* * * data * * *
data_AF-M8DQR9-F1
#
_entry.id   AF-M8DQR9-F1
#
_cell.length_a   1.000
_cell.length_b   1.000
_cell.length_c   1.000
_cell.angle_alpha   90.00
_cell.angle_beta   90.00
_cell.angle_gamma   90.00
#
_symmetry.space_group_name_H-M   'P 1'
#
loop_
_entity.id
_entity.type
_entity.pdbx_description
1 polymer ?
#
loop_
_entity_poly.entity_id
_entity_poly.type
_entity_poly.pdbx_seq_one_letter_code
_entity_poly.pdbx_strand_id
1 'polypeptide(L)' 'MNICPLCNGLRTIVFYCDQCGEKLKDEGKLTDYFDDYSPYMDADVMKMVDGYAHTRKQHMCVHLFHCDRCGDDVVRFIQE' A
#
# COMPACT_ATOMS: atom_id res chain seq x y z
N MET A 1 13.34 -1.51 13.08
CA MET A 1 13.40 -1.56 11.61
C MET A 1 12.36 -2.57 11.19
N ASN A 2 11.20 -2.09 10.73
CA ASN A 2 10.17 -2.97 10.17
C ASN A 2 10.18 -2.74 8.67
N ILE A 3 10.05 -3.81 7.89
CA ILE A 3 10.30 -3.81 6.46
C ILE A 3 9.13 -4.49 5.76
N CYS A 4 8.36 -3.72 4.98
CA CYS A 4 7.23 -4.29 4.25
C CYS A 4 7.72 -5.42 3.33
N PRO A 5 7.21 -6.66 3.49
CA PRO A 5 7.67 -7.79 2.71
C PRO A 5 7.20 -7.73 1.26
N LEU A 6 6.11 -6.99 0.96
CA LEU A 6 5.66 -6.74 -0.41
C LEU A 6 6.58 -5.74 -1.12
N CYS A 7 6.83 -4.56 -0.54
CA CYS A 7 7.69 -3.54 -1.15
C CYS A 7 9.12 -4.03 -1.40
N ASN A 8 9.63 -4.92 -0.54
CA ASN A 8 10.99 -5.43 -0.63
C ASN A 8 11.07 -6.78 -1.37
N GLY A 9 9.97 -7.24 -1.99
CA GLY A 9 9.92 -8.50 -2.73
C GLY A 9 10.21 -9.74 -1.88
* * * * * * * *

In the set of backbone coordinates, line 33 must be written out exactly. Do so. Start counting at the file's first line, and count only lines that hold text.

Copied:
C ASN A 2 10.18 -2.74 8.67